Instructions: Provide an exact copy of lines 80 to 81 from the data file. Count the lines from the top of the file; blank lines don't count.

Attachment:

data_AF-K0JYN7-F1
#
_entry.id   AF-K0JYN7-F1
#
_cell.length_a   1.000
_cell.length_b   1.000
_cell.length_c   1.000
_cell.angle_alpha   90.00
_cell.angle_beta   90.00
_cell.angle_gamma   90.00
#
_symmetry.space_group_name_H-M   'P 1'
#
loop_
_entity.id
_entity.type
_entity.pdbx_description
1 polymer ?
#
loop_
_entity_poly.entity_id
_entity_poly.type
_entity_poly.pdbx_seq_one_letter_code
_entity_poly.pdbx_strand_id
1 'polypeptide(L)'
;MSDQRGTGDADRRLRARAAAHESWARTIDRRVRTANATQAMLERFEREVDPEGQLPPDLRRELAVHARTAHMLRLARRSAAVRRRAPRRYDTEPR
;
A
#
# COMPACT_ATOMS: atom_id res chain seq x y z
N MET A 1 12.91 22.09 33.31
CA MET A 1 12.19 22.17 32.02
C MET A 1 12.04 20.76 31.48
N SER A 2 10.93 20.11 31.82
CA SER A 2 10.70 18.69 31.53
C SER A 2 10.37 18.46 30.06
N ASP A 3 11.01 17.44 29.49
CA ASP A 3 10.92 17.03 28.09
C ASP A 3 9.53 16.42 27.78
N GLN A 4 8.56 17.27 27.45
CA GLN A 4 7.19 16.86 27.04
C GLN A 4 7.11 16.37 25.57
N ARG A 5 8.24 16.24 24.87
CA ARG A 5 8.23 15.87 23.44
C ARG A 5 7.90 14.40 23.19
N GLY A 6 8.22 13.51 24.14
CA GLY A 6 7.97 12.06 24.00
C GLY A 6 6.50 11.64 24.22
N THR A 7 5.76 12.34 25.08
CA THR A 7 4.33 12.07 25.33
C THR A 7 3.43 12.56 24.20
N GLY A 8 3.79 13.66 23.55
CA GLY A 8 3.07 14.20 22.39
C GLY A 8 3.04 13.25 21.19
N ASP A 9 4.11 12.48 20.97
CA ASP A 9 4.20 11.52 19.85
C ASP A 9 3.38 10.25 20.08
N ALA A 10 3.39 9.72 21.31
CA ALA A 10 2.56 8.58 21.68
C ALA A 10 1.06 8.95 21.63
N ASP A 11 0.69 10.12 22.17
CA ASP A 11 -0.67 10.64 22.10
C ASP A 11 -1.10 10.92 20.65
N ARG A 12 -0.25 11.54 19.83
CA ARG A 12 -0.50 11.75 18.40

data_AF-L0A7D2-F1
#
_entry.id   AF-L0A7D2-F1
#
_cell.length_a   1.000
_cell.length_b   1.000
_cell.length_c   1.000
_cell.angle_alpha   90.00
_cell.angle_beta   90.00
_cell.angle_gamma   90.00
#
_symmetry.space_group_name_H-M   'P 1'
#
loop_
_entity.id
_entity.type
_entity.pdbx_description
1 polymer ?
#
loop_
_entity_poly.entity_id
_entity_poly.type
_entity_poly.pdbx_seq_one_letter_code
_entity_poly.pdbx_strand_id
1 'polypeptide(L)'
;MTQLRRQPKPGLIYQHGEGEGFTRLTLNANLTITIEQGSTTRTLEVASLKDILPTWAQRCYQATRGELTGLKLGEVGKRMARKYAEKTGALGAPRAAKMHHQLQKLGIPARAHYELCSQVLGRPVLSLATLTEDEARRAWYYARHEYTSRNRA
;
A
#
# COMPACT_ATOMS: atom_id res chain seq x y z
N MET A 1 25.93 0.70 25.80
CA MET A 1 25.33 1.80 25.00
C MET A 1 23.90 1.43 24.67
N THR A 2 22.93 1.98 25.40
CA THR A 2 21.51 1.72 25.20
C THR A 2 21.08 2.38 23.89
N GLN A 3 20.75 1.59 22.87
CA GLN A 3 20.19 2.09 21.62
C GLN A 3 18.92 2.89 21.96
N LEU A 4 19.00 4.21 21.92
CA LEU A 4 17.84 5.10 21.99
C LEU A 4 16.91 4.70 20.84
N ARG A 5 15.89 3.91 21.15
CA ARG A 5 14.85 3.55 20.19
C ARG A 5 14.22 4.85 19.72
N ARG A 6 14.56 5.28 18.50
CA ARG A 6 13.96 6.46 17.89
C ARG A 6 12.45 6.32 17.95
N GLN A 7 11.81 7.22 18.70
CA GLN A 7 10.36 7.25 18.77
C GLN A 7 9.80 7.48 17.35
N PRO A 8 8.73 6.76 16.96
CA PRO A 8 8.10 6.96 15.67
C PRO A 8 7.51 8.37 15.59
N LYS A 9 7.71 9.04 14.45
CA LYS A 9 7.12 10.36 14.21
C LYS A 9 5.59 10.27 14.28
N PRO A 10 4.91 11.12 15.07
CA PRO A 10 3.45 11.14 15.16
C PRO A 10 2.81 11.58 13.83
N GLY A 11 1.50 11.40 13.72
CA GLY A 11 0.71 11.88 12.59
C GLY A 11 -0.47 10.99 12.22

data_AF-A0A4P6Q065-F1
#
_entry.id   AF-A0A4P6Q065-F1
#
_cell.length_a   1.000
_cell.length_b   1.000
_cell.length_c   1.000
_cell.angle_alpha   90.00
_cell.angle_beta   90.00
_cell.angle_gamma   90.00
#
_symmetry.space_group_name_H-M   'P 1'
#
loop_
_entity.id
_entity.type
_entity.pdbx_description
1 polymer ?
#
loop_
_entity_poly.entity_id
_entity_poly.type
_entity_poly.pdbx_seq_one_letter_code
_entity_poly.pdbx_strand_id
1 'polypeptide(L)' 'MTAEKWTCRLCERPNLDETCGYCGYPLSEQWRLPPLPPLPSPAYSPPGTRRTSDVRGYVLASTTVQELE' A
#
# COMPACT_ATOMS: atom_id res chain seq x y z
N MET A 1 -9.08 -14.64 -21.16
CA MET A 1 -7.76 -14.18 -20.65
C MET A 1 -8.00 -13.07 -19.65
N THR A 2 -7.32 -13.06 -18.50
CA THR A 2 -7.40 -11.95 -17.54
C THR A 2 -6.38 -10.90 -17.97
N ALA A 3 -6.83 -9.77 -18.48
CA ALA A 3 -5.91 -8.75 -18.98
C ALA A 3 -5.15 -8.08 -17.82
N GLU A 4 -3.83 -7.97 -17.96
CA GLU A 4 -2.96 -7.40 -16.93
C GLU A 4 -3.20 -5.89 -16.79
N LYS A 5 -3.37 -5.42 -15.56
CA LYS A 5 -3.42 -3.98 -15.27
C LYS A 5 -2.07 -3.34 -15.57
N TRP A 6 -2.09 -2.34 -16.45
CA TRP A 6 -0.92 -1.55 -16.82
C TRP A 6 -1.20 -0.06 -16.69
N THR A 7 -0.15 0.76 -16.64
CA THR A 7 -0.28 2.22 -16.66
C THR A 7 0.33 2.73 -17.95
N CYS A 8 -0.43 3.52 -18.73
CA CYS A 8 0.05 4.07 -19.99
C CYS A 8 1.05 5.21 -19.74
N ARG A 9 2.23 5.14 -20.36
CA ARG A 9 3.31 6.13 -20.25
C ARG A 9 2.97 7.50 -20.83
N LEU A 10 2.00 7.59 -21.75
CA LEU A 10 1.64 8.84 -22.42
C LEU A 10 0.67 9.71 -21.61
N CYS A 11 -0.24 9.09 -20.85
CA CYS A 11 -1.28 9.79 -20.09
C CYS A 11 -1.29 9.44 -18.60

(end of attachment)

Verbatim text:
_entity.id
_entity.type